Idiots. Complete idiots.

Bob the Millionaire 10

It’s old news but I can’t resist commenting on it. NBC leaves iTunes. Michael Gartenberg puts it right:

Sometimes I think God put video content guys on the planet to make the music guys look progressive and visionary.

iLounge sums up:

Let me explain something to you, because you don’t seem to understand it already. Your TV shows are available every day, every week, and every month of the year for free. They fly through the air (and travel through cables) at no a la carte charge to customers. There was also this thing called a VCR, which more recently has been replaced by something much better called a PVR (personal video recorder) or DVR (digital video recorder), which people can rent from any cable or satellite company, or buy for their TVs or computers. These devices record your free TV shows and let people watch them later. With only a few button presses, people can now even record an entire season of your shows automatically and watch it whenever they want. For free.

And my more than two year old comic just got even more relevant!

NBC, why don’t you get it? This move is so lame that I will get offended the next time someone shorten my current employer, the Norwegian Broadcasting Corporation slightly wrong and call it the NBC (even internationally we use the Norwegian abbreviation “NRK”). I used to find it amusing when people did that mistake.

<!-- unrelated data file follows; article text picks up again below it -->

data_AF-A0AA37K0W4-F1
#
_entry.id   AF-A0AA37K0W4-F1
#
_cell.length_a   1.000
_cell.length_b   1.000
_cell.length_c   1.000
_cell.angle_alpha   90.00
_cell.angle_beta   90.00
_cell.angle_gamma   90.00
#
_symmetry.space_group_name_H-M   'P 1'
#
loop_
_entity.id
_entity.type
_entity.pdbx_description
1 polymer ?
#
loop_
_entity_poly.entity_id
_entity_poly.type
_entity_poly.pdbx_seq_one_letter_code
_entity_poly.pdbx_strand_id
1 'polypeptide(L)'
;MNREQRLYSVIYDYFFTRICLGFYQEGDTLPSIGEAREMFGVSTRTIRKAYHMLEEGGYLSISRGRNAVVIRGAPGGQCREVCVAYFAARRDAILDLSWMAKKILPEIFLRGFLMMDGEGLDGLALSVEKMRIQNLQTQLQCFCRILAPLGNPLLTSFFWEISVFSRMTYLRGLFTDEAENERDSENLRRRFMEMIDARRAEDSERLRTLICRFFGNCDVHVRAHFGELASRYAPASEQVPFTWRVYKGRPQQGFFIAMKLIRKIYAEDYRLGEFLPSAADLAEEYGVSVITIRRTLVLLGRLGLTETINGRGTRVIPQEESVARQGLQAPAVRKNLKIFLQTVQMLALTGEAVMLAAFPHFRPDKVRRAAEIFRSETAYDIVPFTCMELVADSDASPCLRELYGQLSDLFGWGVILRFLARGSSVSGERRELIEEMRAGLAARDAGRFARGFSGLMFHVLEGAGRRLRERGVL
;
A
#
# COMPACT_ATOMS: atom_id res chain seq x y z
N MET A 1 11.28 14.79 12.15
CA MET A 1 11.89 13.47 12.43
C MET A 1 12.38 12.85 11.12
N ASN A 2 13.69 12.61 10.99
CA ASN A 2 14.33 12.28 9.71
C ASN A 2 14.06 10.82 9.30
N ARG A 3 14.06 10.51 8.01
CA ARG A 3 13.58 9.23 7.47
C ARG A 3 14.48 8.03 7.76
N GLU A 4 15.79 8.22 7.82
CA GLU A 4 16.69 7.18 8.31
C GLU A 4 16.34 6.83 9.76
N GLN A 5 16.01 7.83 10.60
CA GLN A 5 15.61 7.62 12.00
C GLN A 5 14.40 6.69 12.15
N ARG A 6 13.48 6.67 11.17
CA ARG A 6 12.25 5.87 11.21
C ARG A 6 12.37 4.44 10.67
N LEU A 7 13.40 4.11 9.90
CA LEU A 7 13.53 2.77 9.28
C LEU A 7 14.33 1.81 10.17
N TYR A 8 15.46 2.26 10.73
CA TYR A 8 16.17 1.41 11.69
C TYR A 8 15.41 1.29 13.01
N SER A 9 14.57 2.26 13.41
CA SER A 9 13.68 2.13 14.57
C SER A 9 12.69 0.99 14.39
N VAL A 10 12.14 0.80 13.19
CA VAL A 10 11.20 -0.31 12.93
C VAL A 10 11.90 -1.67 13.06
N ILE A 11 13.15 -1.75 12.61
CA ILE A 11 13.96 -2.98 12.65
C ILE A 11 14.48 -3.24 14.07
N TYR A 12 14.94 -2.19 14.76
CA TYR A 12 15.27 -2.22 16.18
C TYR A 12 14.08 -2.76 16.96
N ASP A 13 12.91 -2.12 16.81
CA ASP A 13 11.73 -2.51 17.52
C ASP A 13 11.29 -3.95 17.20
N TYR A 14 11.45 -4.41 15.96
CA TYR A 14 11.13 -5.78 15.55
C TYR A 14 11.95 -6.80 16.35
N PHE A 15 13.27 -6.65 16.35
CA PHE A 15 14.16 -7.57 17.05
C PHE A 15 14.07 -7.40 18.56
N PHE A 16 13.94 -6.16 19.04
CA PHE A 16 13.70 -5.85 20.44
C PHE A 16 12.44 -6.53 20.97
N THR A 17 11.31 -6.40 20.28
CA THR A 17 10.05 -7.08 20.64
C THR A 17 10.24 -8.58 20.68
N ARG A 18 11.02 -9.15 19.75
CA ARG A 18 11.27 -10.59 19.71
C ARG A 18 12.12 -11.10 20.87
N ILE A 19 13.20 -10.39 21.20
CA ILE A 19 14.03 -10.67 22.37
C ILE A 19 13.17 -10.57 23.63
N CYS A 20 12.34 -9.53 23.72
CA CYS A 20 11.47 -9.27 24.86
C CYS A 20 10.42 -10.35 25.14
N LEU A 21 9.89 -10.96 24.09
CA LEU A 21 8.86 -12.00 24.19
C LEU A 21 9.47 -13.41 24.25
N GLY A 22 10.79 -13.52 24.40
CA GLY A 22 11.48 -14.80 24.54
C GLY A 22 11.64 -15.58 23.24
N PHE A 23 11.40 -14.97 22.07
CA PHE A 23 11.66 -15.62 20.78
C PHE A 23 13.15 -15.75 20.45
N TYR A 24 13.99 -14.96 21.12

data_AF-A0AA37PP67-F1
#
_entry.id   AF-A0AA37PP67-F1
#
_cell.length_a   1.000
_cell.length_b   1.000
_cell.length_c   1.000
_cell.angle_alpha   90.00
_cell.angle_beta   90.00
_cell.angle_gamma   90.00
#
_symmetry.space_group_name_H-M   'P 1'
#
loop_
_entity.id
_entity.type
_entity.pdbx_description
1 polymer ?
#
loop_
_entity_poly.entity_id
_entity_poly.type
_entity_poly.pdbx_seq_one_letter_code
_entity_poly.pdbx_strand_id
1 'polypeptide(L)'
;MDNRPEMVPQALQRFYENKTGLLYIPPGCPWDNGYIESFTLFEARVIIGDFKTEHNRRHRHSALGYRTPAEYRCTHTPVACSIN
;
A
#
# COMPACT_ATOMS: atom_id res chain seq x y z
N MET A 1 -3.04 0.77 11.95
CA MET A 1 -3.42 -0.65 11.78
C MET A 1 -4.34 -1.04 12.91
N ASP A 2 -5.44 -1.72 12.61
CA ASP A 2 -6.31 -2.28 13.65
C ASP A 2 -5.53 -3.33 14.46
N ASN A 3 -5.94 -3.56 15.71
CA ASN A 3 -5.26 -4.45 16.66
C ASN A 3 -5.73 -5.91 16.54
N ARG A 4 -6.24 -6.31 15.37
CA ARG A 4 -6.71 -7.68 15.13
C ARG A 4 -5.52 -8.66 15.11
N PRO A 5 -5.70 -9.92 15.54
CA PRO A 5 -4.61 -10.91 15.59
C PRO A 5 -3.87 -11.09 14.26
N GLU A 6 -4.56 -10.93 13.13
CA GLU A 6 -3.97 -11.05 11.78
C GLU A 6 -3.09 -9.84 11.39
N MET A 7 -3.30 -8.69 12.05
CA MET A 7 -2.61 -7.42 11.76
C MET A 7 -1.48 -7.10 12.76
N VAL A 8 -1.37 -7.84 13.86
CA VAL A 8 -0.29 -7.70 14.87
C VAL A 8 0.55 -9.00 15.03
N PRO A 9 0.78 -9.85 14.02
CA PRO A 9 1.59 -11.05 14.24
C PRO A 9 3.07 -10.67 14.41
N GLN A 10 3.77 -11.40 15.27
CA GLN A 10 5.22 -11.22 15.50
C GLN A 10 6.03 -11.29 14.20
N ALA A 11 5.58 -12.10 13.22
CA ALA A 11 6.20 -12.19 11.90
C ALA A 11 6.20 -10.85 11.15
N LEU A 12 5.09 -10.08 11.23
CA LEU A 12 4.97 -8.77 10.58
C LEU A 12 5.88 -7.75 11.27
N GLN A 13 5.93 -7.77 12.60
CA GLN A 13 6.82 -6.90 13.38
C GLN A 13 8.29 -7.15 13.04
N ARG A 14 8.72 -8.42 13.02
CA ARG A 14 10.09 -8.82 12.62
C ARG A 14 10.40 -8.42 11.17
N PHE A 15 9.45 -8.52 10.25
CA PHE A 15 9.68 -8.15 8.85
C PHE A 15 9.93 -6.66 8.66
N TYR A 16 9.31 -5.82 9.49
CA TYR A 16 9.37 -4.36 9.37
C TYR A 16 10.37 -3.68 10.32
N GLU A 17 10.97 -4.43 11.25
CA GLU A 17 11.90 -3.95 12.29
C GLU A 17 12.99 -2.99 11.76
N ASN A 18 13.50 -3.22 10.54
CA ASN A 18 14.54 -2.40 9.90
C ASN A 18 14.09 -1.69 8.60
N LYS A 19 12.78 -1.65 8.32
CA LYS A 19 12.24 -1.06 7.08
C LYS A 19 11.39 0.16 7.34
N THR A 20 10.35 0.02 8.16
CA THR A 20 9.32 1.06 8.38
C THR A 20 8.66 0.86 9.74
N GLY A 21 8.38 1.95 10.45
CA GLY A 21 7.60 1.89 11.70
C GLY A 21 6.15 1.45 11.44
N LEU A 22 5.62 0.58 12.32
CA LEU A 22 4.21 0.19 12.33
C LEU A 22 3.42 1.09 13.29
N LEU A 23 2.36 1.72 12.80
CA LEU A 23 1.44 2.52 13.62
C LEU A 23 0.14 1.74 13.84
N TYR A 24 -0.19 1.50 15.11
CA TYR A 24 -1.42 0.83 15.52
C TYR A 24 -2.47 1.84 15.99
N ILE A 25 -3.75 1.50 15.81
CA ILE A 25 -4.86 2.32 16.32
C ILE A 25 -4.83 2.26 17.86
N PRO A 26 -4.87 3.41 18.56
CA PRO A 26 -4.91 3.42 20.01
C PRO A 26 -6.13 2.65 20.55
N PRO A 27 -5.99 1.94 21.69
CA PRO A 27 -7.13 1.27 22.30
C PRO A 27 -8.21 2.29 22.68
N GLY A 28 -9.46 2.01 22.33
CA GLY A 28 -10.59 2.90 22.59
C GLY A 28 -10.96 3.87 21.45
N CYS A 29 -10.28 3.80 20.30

The internet is here to stay. It has already changed the rules. Can we go on now?

Bob the Millionaire 11

Relevant article: 5½ lessons that legitimate retailers can learn from pirates

(Via NRKbeta)

Idiots. Complete idiots.

5½ lessons that legitimate retailers can learn from pirates

Bob the Millionaire 11

Sadly, the story about how Bob the Millionaire Became a pirate is still highly relevant. And not long ago Mark Pilgrim had an article out that describes a couple of lessons that the professional part of the industry could learn from the pirates. Well worth a read.

A story to show the problem
If you have two shops down the street. One sell illegal copies of movies and one sell legal originals.

The shop with the illegal copies work like this: you go inside, find what you want, have a look at it, pay and go home. At home you play the movie on whatever equipment you want.

The shop with the legal originals work like this: you need to pass five security checkpoints before you can enter. You need to register with credit card and all kinds of data before you can buy. If you’re citizen of the wrong country you get thrown out. If you have the wrong media player you get thrown out. If you have the wrong operating system you get thrown out. You can’t have a look at the product before you buy. The product you buy is infected with huge amounts of commercials for other products and annoying videos telling you that piracy is a crime (yes, only the people that actually pay for their products get the “piracy is a crime”-propaganda).

…what shop would you choose?

And a quick disclaimer:
Don’t get me wrong. I don’t think piracy is OK. I am working within the content production industry. I know that it cost money to make high quality content. I think content producers should have the rights to earn money from what they make. The problem is that currently most of them have a very, very wrong idea of how to get paid and how to treat their customers.

(Thanks, Asbjørn Ulsberg)

5½ lessons that legitimate retailers can learn from pirates